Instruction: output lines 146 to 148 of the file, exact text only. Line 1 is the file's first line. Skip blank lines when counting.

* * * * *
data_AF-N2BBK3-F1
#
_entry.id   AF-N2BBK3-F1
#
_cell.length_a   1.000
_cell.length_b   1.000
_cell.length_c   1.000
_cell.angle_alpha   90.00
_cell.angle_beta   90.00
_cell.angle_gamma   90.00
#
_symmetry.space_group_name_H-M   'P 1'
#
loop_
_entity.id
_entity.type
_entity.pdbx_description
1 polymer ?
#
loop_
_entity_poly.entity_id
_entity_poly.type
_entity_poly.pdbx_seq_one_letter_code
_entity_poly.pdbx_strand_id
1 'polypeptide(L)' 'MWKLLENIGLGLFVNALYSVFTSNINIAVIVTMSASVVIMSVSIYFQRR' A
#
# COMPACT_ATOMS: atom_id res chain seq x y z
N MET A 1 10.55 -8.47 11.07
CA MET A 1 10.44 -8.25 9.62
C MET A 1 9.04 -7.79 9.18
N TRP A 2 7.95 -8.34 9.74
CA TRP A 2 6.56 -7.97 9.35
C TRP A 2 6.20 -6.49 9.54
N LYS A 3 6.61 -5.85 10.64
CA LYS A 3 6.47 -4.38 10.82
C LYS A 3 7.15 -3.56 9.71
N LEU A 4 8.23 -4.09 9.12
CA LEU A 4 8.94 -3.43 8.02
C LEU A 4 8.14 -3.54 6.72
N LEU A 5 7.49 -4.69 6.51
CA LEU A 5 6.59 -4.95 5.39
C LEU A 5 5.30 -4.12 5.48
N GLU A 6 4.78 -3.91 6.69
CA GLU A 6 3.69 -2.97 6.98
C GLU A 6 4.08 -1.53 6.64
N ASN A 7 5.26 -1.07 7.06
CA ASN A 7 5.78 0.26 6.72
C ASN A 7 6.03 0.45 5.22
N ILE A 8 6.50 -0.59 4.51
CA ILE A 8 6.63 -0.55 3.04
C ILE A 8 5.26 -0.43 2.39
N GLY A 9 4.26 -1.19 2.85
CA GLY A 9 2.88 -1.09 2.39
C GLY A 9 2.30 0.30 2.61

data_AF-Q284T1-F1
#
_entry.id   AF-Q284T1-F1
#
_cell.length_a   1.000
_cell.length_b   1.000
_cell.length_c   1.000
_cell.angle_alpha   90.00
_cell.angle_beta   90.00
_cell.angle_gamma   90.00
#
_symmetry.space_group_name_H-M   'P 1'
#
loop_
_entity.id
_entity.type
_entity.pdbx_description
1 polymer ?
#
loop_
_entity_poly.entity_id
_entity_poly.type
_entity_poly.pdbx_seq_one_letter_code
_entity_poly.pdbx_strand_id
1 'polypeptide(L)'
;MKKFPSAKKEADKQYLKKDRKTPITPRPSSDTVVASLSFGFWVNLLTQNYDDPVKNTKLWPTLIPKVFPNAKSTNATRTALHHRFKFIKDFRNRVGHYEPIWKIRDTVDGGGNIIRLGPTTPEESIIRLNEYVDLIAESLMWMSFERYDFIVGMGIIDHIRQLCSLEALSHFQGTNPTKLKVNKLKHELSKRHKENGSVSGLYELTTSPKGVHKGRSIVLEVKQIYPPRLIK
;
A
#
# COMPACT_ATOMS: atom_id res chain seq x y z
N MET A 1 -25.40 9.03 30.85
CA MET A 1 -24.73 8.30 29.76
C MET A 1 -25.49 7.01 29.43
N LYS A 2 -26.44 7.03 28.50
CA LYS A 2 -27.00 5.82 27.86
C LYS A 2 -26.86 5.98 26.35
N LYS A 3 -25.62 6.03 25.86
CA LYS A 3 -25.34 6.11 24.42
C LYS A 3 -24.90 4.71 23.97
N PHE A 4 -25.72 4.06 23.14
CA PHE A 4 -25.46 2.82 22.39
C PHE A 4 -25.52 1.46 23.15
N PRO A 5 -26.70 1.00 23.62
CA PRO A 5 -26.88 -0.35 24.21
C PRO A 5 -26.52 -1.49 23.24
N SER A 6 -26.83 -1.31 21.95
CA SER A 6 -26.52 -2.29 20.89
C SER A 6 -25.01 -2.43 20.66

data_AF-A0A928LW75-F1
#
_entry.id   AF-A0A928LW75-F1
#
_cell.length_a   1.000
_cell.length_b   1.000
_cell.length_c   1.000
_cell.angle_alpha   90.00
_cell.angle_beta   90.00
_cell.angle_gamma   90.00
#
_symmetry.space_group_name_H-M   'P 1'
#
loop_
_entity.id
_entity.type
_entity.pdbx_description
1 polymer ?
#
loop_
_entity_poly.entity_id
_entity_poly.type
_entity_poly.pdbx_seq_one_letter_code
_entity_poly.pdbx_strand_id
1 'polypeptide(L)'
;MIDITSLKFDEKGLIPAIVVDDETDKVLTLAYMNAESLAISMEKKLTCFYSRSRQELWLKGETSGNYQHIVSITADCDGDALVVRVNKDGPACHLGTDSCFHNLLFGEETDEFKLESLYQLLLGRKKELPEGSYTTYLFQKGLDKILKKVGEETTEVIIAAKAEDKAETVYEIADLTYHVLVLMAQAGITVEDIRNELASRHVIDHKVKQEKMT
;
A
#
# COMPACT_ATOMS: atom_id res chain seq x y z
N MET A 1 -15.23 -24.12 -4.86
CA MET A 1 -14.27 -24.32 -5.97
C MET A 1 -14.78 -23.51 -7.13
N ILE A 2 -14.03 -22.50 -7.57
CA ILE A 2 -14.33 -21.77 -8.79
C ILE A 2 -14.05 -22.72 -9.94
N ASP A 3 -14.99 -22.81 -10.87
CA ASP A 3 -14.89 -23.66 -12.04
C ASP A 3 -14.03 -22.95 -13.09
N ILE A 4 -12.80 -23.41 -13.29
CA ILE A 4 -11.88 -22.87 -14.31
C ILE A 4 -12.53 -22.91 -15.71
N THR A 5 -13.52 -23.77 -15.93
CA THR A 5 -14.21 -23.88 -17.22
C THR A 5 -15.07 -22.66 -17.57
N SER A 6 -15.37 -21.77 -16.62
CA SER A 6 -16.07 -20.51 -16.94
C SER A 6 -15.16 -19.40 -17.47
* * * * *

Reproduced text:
CA THR A 5 -14.21 -23.88 -17.22
C THR A 5 -15.07 -22.66 -17.57
N SER A 6 -15.37 -21.77 -16.62